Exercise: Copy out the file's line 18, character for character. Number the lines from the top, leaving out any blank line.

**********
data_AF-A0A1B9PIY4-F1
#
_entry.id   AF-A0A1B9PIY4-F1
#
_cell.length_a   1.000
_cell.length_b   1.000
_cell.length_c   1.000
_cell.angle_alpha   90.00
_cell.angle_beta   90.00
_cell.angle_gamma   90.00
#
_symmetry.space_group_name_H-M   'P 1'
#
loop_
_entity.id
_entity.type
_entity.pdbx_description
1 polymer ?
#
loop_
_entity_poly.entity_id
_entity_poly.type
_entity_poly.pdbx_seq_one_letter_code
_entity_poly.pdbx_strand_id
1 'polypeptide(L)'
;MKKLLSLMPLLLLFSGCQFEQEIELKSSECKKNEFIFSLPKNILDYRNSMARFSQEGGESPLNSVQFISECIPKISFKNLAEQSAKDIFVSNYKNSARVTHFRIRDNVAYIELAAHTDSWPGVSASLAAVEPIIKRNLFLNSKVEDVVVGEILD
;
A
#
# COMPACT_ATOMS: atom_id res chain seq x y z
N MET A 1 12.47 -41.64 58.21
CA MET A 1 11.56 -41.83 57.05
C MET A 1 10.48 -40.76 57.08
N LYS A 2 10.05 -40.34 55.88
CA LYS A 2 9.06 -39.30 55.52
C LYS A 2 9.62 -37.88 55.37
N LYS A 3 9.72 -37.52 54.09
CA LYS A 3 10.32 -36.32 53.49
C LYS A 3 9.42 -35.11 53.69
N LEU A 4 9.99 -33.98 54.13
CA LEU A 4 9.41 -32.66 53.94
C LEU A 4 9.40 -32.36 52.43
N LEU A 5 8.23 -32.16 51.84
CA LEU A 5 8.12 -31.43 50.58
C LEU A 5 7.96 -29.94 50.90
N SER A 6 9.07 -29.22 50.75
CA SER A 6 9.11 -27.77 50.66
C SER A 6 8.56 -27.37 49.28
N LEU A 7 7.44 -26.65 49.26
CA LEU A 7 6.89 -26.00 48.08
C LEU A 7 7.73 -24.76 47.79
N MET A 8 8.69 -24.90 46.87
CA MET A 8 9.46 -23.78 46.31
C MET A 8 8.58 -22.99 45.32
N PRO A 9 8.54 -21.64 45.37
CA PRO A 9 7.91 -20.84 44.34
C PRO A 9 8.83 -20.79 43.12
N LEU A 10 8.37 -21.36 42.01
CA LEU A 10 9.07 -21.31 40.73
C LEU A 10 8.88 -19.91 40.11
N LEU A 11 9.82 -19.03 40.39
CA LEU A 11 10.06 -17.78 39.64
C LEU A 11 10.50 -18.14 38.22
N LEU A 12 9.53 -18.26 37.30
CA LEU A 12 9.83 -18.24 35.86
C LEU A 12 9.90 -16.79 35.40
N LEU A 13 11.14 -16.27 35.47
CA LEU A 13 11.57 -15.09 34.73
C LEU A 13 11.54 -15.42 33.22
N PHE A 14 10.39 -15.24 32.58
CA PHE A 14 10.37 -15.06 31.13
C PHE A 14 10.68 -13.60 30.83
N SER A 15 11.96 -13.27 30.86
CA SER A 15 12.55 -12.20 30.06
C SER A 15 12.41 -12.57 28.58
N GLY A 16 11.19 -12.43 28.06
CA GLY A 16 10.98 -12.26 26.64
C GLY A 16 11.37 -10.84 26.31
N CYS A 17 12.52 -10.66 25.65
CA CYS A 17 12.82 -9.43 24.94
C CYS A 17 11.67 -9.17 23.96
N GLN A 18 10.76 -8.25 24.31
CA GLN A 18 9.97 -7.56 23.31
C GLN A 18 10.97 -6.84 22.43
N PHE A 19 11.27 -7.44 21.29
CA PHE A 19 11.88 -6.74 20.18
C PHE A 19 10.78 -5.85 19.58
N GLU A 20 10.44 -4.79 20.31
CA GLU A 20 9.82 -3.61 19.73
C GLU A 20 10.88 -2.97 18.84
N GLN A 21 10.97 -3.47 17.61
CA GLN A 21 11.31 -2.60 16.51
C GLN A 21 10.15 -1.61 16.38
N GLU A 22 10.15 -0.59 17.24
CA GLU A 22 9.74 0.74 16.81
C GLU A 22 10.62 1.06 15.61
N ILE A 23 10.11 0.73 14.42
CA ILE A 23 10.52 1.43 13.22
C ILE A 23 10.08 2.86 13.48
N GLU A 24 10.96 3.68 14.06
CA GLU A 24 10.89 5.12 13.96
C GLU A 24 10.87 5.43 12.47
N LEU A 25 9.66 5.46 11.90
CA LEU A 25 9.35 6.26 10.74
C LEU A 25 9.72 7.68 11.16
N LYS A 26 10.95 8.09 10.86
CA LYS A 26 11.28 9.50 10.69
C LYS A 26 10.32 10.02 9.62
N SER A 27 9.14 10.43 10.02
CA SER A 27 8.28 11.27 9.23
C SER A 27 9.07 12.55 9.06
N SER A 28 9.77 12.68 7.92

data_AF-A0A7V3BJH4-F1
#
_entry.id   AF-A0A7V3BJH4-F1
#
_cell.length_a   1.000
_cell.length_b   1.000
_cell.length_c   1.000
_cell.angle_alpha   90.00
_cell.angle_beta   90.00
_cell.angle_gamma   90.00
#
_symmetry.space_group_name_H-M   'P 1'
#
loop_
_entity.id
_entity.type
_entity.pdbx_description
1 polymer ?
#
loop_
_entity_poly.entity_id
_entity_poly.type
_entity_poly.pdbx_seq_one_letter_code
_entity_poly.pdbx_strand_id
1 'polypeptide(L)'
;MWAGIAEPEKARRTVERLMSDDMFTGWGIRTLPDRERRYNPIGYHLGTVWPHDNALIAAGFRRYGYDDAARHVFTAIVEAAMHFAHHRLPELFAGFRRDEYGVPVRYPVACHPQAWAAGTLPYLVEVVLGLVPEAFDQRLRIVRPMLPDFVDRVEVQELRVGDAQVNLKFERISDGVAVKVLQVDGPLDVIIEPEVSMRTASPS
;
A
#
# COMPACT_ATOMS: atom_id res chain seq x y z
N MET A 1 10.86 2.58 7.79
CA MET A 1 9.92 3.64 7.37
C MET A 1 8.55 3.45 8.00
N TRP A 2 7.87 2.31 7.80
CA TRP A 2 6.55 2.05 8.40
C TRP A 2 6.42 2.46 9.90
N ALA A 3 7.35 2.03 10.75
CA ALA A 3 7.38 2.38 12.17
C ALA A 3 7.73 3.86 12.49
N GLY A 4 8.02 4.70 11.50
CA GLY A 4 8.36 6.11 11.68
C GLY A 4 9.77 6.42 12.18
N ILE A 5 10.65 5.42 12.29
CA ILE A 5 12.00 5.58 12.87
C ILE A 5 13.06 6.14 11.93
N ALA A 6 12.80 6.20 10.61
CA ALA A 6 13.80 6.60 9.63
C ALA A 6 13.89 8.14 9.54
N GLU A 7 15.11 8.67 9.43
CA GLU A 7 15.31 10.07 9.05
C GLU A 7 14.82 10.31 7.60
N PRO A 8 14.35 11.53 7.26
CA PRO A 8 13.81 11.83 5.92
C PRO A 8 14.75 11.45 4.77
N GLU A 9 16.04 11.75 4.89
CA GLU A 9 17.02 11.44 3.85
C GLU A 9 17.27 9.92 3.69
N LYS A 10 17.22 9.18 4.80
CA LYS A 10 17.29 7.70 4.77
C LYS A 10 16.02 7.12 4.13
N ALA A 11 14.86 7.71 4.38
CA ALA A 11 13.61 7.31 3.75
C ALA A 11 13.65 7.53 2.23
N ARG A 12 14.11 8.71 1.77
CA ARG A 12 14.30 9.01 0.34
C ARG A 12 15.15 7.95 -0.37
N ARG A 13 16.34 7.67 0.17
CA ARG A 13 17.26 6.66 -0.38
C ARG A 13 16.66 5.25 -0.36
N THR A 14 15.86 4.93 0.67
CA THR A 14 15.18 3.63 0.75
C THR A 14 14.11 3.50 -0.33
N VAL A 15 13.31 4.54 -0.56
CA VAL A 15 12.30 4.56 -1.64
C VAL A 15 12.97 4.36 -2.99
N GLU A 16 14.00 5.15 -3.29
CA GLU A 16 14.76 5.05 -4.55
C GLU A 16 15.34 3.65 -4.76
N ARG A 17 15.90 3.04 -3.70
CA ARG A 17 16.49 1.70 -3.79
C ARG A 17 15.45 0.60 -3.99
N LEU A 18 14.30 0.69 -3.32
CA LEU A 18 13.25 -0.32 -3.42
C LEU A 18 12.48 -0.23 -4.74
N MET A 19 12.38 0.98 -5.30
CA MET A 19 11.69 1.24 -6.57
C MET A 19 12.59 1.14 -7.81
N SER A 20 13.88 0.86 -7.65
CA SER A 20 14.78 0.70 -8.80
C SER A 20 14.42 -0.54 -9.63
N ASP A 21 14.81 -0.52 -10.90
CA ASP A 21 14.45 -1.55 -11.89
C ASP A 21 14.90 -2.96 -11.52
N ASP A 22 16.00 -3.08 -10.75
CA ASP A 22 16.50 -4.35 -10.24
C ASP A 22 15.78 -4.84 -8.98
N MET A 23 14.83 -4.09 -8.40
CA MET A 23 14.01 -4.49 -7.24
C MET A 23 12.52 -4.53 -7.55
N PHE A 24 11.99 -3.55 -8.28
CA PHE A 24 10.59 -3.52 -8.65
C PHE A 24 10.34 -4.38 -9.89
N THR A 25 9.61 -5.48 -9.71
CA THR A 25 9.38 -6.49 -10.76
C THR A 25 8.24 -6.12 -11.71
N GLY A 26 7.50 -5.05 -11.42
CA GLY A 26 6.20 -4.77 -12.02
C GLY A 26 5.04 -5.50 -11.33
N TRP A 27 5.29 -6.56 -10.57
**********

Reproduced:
1 polymer ?